Lower Cash Prices Drop CME Hogs to One-month Low, Cattle Fall

Chicago Mercantile Exchange lean hogs on Tuesday slid to their lowest level in a month after downward-trending cash prices triggered sell orders, traders said.

Fund selling developed after some contracts drifted below technical support areas.

December hogs ended 2.325 cents per pound lower at 59.975 cents, and below the 100-day moving average of 61.647 cents. February closed 2.800 cents lower at 67.500 cents, under the 40-day moving average of 67.990 cents.

Abundant supplies sank prices for slaughter-ready, or cash, hogs for a third straight session.

Some farmers moved pigs to packers after harvesting corn and soybeans, said analysts and traders. Others are sending hogs to market ahead of schedule to avoid lower prices before plants close over the Thanksgiving Day holiday, they said.

Meanwhile, nutrient-packed newly harvested corn and cool fall weather allow hogs to grow quicker, making them more available to packers while pumping more pork into the retail sector.

“I see this market moving higher, but you have to get through the holiday. These hogs are going to get bigger, not smaller,” said CHS Hedging analyst Steve Wagner.

Cattle Markets Slide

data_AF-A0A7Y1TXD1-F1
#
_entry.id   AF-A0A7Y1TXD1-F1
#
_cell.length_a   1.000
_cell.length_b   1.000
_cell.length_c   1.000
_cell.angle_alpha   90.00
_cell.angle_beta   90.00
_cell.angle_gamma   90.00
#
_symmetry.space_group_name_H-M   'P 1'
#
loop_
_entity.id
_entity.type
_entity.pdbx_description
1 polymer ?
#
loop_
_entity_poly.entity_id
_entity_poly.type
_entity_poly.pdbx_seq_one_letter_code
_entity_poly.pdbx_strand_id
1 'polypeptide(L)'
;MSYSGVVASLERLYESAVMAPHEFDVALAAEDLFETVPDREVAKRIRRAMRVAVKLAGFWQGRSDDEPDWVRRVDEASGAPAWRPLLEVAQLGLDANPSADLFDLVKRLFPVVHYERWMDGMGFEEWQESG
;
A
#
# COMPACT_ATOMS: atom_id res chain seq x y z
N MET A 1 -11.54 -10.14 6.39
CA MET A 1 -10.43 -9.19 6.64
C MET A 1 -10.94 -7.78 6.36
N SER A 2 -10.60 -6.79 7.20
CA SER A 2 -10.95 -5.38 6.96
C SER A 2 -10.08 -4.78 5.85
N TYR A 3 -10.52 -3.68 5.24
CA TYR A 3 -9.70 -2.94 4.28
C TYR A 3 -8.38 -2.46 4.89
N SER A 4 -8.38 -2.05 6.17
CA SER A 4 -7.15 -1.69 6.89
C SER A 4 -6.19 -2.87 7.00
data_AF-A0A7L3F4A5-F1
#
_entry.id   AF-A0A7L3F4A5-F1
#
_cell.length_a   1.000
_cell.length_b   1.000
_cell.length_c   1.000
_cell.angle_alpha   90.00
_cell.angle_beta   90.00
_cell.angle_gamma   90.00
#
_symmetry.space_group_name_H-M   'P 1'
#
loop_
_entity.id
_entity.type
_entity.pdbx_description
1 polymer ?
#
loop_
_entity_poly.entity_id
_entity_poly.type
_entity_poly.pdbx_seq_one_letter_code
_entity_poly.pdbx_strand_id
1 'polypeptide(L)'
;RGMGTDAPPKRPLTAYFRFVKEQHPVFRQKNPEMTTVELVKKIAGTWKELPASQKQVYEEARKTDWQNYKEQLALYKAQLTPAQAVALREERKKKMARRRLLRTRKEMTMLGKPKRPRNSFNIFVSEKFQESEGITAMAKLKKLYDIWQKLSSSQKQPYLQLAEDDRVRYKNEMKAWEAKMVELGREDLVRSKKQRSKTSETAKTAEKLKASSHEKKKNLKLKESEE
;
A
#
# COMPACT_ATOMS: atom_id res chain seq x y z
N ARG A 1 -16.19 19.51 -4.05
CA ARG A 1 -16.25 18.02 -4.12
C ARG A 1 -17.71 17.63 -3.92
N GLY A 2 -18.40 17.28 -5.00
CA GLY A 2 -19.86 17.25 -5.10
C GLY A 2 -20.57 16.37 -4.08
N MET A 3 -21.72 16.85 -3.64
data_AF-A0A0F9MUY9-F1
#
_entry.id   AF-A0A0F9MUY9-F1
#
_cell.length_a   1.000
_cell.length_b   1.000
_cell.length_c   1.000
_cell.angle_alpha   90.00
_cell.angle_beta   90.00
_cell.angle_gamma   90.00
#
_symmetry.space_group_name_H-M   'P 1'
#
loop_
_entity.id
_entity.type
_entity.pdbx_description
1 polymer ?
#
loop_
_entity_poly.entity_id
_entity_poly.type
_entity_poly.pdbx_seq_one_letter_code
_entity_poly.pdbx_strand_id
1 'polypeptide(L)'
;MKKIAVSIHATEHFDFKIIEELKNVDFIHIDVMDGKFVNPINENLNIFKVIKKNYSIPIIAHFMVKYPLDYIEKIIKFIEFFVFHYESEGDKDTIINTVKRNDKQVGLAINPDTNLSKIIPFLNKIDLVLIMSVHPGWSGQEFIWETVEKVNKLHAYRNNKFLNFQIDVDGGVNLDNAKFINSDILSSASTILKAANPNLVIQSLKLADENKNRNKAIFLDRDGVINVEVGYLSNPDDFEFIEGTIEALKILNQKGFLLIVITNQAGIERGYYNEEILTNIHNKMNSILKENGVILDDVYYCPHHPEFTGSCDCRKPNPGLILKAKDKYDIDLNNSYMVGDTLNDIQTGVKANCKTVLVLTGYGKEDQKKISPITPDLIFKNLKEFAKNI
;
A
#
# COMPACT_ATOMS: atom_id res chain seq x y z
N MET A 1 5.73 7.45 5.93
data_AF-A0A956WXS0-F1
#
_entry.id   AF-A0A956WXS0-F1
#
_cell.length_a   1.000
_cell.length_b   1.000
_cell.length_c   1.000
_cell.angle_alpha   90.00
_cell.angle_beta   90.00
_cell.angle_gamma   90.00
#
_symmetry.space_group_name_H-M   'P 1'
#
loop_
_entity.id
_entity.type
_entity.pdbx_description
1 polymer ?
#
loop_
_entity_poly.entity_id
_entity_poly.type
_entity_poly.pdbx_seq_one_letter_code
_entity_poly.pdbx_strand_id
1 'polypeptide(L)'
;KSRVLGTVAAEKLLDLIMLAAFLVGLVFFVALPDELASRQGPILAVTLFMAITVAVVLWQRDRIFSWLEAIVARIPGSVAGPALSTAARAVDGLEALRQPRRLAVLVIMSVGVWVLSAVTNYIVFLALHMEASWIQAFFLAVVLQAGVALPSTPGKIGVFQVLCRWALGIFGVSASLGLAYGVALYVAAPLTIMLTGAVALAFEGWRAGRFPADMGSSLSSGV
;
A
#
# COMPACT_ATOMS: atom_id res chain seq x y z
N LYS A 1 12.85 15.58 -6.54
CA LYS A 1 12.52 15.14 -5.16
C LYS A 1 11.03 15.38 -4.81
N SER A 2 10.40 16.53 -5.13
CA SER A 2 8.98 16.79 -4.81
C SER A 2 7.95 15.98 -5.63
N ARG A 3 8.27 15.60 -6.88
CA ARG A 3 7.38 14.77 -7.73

Sell stops and initial cash price weakness pressed CME live cattle futures to a two-week low, said traders.

Some contracts slipped beneath technical support levels, which sparked fund sales.

December live cattle finished 1.075 cents per pound lower at 119.500 cents. February ended down 1.250 cents to 125.150 cents, and below the 40-day moving average of 126.456 cents.

On Tuesday a small number of cash cattle in Nebraska brought $119 per cwt, said feedlot sources. Cash prices in the U.S. Plains last week ranged from $122 to $125.

Investors look to Wednesday’s Fed Cattle Exchange sale of less than 1,000 animals as a barometer for remaining cash prices in the Plains later this week.

Fewer cattle are for sale this week, but that may not be enough to offset tepid wholesale beef demand and packer profits that are high but waning.

Processors will need fewer cattle while preparing to shut down plants during the upcoming holiday.

“Packers can sit back and grind the cash market down. He has no incentive to pay up for cattle,” said Wagner.

CME feeder cattle followed live cattle futures lower, with added pressure from deep cuts in cash feeder cattle prices due to increased supplies.

November feeder cattle closed 1.075 cents per pound lower at 157.625 cents.